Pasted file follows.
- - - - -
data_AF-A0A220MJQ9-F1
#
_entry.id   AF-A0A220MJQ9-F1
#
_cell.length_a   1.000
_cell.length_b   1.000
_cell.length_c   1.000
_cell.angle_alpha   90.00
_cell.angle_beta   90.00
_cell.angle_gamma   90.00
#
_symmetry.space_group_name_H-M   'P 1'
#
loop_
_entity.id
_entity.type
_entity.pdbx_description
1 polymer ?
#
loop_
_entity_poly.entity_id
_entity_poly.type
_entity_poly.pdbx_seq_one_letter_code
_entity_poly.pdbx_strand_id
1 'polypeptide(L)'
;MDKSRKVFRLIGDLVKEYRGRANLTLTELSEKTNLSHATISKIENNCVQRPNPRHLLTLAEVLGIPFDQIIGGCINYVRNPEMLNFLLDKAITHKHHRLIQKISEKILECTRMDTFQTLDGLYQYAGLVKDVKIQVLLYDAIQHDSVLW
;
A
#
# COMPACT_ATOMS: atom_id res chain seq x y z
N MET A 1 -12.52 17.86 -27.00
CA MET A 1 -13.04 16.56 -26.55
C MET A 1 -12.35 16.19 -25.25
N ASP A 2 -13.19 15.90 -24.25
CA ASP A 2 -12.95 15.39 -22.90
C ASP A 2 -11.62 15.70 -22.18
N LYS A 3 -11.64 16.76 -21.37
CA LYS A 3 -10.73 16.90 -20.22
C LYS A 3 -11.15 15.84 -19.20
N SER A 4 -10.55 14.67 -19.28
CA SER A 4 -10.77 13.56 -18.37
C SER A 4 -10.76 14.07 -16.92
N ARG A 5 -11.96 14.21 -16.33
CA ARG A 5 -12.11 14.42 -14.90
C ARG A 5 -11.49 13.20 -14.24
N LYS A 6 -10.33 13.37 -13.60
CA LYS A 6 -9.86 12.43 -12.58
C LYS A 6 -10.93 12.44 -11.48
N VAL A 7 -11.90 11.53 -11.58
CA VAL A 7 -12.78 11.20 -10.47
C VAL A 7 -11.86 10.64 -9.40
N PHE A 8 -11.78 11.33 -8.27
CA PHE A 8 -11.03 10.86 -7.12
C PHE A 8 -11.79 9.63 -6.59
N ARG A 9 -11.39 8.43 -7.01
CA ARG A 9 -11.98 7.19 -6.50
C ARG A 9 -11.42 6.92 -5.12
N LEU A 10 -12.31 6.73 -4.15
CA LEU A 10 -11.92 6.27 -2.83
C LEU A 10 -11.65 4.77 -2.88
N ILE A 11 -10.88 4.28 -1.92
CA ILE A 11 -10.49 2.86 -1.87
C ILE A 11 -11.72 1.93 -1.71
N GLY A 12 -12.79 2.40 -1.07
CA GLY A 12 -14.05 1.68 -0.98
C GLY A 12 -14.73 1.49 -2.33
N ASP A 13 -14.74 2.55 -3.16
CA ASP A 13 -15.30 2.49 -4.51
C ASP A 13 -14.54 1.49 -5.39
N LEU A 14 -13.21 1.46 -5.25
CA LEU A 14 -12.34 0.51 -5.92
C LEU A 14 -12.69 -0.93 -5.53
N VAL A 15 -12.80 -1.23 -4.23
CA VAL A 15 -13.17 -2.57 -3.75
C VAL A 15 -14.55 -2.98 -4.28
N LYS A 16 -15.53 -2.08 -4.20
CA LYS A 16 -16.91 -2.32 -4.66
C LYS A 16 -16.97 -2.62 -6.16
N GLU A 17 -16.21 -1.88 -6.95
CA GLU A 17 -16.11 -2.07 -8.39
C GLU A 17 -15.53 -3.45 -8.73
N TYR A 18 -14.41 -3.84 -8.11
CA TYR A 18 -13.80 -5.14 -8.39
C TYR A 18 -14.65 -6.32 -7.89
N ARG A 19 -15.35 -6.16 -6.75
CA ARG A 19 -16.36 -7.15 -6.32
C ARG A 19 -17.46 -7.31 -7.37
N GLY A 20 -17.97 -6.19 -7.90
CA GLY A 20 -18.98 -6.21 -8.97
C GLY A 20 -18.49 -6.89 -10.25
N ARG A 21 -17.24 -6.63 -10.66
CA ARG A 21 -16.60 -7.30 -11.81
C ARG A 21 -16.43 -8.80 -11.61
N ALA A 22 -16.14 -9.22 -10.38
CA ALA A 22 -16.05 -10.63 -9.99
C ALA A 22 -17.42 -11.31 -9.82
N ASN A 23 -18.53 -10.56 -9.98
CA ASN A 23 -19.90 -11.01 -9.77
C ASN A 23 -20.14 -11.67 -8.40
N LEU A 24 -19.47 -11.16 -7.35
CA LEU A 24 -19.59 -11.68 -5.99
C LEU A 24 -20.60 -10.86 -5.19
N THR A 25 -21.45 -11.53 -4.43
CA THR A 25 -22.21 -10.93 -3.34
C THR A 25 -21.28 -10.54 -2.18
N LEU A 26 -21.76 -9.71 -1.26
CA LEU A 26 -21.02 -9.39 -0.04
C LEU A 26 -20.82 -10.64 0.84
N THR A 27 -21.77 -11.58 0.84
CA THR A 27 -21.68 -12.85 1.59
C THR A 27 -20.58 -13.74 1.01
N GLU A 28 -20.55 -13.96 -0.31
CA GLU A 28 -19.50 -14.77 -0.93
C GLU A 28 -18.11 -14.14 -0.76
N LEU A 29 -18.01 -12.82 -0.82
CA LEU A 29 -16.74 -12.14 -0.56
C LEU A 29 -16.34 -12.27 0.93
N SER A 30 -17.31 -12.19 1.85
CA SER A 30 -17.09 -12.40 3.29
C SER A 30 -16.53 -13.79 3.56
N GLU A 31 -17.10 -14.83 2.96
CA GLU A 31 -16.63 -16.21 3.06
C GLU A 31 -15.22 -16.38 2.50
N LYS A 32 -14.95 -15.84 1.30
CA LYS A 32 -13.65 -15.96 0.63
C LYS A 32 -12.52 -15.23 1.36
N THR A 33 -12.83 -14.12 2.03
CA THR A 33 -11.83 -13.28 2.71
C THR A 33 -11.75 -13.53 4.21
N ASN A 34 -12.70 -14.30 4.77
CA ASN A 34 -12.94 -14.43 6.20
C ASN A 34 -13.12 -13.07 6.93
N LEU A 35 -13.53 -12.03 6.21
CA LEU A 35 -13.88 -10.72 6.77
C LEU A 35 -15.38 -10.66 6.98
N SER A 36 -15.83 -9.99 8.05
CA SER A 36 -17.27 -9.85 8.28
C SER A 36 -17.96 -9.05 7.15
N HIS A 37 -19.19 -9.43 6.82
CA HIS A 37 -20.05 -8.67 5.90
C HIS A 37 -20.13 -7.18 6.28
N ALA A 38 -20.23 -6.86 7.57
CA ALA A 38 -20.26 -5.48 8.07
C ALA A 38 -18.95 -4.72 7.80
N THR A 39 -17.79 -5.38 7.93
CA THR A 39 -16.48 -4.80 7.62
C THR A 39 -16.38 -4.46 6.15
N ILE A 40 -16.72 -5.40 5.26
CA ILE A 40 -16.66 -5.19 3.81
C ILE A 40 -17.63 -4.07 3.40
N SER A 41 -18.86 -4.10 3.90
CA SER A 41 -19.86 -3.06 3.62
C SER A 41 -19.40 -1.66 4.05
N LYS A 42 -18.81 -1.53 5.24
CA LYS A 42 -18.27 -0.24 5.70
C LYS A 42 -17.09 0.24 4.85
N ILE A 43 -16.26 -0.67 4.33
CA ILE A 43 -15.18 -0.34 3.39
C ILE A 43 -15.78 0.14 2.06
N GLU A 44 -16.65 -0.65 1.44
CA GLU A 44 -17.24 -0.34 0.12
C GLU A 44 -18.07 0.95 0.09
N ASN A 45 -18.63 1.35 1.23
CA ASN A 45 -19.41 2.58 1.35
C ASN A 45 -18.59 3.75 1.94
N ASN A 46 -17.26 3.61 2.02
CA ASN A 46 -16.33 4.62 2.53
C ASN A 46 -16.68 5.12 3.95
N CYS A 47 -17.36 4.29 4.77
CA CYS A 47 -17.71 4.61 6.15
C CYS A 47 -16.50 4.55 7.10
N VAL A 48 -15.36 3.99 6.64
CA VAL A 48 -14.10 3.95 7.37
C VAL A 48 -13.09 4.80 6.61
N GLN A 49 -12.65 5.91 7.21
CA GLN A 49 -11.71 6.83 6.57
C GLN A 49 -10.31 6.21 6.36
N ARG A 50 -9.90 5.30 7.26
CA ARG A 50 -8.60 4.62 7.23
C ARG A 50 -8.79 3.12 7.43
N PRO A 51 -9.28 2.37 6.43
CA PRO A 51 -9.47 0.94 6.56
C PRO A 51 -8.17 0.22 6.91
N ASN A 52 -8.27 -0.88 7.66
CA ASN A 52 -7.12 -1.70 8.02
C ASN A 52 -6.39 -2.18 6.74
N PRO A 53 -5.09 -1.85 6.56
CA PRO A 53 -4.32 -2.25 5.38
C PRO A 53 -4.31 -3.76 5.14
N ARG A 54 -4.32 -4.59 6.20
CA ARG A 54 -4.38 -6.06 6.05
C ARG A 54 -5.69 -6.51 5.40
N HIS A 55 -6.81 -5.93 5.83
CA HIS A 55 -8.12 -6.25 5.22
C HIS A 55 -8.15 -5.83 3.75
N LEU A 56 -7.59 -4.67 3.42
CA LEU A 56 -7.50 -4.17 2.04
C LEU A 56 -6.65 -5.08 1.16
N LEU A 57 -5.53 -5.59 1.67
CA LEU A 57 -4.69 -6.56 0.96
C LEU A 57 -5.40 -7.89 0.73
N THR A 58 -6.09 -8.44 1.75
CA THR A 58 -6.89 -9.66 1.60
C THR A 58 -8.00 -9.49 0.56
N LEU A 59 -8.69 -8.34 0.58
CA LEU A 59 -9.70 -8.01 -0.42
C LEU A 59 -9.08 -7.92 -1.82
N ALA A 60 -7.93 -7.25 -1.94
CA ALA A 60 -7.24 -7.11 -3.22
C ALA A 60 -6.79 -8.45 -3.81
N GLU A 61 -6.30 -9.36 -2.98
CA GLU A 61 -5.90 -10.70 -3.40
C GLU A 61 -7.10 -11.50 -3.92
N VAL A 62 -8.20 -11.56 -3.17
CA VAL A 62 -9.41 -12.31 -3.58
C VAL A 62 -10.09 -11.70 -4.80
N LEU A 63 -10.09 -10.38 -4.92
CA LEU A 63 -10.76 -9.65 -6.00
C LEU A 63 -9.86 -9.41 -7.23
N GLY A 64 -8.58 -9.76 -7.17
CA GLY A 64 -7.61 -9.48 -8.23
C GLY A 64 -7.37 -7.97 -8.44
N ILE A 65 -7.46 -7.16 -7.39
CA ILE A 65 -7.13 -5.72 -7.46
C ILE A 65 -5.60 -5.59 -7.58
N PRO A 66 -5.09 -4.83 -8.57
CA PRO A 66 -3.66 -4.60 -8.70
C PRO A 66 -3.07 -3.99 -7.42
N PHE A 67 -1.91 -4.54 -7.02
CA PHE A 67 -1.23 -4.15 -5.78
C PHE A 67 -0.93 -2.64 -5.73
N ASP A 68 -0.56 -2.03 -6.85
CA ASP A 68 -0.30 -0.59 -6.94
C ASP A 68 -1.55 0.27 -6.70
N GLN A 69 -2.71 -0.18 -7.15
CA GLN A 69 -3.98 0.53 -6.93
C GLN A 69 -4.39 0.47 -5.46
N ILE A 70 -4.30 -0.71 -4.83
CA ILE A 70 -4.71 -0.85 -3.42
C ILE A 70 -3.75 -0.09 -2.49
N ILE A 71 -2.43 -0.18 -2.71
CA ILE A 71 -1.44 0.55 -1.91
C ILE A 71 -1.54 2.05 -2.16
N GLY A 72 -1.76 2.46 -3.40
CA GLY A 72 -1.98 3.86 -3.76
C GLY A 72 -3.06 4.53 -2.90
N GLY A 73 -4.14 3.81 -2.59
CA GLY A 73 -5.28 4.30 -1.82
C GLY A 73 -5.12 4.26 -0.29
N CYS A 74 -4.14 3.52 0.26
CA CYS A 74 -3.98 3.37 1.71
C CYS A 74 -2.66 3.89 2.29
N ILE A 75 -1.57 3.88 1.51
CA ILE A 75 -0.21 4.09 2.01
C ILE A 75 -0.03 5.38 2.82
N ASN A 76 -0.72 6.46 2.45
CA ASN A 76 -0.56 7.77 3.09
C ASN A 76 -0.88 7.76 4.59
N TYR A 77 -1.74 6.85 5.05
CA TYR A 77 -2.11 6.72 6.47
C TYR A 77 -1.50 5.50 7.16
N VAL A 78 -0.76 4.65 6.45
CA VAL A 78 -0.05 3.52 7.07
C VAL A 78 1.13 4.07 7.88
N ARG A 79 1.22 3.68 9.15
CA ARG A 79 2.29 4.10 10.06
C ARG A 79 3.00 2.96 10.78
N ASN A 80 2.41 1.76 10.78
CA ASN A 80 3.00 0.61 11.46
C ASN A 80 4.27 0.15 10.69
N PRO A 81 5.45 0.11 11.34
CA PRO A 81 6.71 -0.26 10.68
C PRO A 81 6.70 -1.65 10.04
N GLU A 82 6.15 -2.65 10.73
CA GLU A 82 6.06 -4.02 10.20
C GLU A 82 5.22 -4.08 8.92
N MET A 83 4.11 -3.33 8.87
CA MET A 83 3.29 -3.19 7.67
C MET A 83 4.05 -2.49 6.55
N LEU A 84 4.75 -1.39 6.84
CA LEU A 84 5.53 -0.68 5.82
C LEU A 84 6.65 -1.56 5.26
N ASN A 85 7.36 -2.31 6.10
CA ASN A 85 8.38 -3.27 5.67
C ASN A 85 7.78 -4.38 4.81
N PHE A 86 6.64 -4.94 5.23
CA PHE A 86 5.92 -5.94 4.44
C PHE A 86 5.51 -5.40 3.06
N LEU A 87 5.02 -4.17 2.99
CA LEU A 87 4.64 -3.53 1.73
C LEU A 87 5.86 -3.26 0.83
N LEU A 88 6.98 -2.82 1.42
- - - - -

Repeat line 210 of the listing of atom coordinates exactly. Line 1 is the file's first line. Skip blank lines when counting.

C ALA A 60 -6.79 -8.45 -3.81